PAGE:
Do not repay evil with evil or insult with insult. On the contrary, repay evil with blessing, because to this you were called so that you may inherit a blessing. (1 Peter 3:9)
Has someone ever gotten under your skin to the point where you began obsessing over the situation? Day after day, you couldn’t get over what someone said or did to perturb you. Maybe the issue was so bad you decided that you were going to “get back” at that person for hurting your feelings. As a result, you let those hurt feelings take over your thoughts and now your mind is demanding you take action to even the score.
I recently had an experience like this at work, and because I see this person every day it made it that much harder for me to let the situation die down. Every time I would see them, thoughts of plotting my revenge against them would resurface – anyone else felt that before? I knew this kind of thinking was not right, but not matter how many times I tried to change my “stinking thinking” the urge to retaliate became stronger. Most times when someone makes me mad or hurts me, my natural desire is to reciprocate the pain that was inflicted on me. I want to find ways to hurt people back to make me feel better about our own pain. But (Psalm 37:8) warns us to refrain from anger because it will lead to evildoing (Psalm 37:8) – evildoing meaning sin. Once the sin has occurred, I have put myself in a posture to be out of God’s will. To avoid getting in this position there are a couple of things to consider when dealing with difficult people:
- Avoid listening to other people’s negativity. The first thing I usually do when someone has done something to me that I feel is wrong is talk about it to people who are going to be biased and take my side in the situation. I did this when my coworker upset me and hearing all the negative things about her fueled my fire. Titus 3:2 reminds us that we ought to “be peaceable and considerate and always gentle toward everyone”. However, instead of promoting peace I was encouraging the negativity. Try to remember this the next time you or someone close to you “eggs you on”.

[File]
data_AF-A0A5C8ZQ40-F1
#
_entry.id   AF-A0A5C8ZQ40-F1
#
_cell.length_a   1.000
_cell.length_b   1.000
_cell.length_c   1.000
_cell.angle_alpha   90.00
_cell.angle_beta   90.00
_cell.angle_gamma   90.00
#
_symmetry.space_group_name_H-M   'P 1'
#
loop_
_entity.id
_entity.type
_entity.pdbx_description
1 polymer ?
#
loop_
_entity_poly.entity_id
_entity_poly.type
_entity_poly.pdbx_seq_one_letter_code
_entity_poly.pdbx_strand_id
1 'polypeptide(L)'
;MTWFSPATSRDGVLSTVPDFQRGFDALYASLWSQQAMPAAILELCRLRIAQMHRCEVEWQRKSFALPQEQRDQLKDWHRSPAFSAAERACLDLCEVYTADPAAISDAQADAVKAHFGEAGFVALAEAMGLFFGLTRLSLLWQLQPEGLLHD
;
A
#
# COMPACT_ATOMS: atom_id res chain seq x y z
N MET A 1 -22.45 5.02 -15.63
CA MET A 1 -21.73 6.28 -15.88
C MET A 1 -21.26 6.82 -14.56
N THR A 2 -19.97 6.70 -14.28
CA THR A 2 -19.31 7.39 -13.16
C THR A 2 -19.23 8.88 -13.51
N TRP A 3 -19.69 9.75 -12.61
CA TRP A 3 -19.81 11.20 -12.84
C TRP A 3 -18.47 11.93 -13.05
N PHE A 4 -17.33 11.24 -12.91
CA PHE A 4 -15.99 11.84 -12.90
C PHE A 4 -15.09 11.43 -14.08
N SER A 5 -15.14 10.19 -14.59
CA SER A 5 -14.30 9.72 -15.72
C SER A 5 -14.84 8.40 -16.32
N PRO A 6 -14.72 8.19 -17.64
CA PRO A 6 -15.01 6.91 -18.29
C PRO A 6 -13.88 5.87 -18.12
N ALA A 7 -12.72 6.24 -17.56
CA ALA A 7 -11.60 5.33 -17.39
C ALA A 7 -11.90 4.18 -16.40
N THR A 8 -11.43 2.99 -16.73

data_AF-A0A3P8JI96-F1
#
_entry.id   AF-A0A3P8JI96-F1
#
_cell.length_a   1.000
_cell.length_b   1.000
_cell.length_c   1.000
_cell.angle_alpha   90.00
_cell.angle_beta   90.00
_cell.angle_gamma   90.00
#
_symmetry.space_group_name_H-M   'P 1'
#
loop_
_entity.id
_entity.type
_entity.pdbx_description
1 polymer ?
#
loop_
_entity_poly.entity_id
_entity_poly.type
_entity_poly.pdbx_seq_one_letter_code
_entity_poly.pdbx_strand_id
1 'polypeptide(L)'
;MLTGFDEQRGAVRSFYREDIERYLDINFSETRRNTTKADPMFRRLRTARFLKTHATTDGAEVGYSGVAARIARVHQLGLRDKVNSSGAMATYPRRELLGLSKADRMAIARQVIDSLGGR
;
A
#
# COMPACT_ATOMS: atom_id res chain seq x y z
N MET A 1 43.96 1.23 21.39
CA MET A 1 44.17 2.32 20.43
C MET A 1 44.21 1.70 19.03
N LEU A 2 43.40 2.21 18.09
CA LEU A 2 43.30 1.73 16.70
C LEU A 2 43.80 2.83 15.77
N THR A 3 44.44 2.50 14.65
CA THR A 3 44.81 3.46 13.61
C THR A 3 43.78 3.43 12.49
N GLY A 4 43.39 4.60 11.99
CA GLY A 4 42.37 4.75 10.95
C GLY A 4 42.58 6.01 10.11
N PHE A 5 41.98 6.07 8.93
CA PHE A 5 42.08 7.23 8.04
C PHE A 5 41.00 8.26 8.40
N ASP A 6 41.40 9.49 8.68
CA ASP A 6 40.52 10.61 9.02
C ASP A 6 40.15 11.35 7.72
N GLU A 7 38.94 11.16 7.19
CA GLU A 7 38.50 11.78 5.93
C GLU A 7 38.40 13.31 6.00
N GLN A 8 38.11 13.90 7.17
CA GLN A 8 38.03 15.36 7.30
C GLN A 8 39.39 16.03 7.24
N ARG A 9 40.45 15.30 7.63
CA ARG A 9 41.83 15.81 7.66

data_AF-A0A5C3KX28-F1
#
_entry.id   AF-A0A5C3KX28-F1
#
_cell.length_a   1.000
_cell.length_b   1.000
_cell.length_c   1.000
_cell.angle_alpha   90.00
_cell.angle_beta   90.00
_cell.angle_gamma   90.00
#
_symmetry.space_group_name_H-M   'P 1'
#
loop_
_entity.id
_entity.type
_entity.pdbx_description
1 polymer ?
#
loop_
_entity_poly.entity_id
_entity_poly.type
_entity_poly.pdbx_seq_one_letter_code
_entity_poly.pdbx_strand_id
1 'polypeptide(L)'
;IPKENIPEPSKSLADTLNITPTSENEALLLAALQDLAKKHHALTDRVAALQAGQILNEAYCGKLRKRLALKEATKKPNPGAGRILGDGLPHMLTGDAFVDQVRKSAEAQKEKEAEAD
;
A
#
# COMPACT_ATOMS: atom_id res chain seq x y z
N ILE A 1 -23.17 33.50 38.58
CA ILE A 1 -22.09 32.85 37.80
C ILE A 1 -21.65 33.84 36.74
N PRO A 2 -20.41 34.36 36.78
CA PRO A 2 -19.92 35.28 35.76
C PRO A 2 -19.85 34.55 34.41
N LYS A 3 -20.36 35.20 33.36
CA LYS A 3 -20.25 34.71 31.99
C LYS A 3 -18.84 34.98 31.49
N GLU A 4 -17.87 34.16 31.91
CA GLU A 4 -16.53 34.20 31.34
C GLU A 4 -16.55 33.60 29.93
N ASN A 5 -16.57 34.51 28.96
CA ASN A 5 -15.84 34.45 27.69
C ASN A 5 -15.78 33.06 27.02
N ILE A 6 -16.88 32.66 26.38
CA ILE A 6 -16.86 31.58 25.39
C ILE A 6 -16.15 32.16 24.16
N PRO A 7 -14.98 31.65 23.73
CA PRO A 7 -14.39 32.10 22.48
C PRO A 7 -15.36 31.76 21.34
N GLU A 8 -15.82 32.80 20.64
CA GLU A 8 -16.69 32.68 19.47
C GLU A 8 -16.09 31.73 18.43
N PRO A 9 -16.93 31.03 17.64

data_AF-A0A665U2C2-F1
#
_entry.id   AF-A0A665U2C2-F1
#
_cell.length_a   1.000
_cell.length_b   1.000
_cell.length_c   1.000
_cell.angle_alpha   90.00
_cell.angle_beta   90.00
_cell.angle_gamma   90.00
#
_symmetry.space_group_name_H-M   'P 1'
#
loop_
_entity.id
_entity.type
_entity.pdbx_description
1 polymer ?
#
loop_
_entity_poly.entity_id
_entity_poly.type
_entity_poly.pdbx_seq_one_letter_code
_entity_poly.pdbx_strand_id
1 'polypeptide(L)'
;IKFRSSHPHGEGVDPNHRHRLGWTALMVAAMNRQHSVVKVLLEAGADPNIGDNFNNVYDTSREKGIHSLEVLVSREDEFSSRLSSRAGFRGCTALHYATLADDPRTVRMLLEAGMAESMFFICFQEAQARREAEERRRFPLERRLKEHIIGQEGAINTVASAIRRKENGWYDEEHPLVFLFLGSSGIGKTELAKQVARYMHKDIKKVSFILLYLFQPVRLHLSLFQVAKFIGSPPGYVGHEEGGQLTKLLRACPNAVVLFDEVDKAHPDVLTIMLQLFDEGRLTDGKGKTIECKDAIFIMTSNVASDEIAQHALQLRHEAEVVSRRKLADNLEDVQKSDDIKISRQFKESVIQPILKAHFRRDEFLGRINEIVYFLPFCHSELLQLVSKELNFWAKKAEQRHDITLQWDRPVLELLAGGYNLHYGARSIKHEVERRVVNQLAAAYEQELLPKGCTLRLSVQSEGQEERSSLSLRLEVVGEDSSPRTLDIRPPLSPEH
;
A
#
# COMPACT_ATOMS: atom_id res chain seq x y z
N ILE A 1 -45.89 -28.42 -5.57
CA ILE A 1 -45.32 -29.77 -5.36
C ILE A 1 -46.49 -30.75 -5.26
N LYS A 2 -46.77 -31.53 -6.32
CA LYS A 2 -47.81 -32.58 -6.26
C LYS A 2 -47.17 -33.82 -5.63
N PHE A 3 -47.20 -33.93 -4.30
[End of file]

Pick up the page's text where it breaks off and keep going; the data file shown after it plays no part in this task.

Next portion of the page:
- Avoid dwelling in the past and holding a grudge. “Do not seek revenge or bear a grudge against anyone among your people, but love your neighbor as yourself” (Leviticus 19:18). This incident with my co-worker happened on the Friday before the Labor Day holiday, so I had three whole days to let anger cultivate in my mind. One of the ways that helped me move on from harboring my anger was by literally asking, “Lord what can I do to get this off of my mind?” The first word that popped into my head was Love. Love, Really?! See, loving those who have hurt you can be one of the hardest commands to practice because deep down I didn’t want to show this person love. However, I was reminded that in all things we are to show love for everyone even those who hurt us (Luke 6:27).
- Avoid not praying over the situation. I knew that in order for me to move on it was going to take something powerful to change my heart. I also knew that power was not going to come from within me; I just didn’t have it. So after letting this whole ordeal fester for days, I found myself opening my bible to hear from God. I didn’t have a specific verse in mind so I read the “verse of the day” on my bible app, it was (Psalm 16:11). But, I didn’t stop at just that verse; I read the entire chapter all the way to chapter 18. I knew at that moment the Holy Spirit was speaking to me and calming my spirit. It was (Psalm 18:2) that resonated the most “The Lord is my rock, my fortress, and my deliverer; my God is my rock, in whom I take refuge, my shield and the horn of my salvation, my stronghold.” I remembered that as long as I was covered by God that I was safe from harm. That I could turn to Him and place my fears on Him and He would bring me comfort.
Speaking those verses out loud brought me peace, I know longer wanted to hold a grudge, I lost the desire to “get back” at my co-worker and I rested on the truth knowing that the Lord will come to my rescue when I needed him. I’d like to hear from you, what do you do when dealing with difficult people?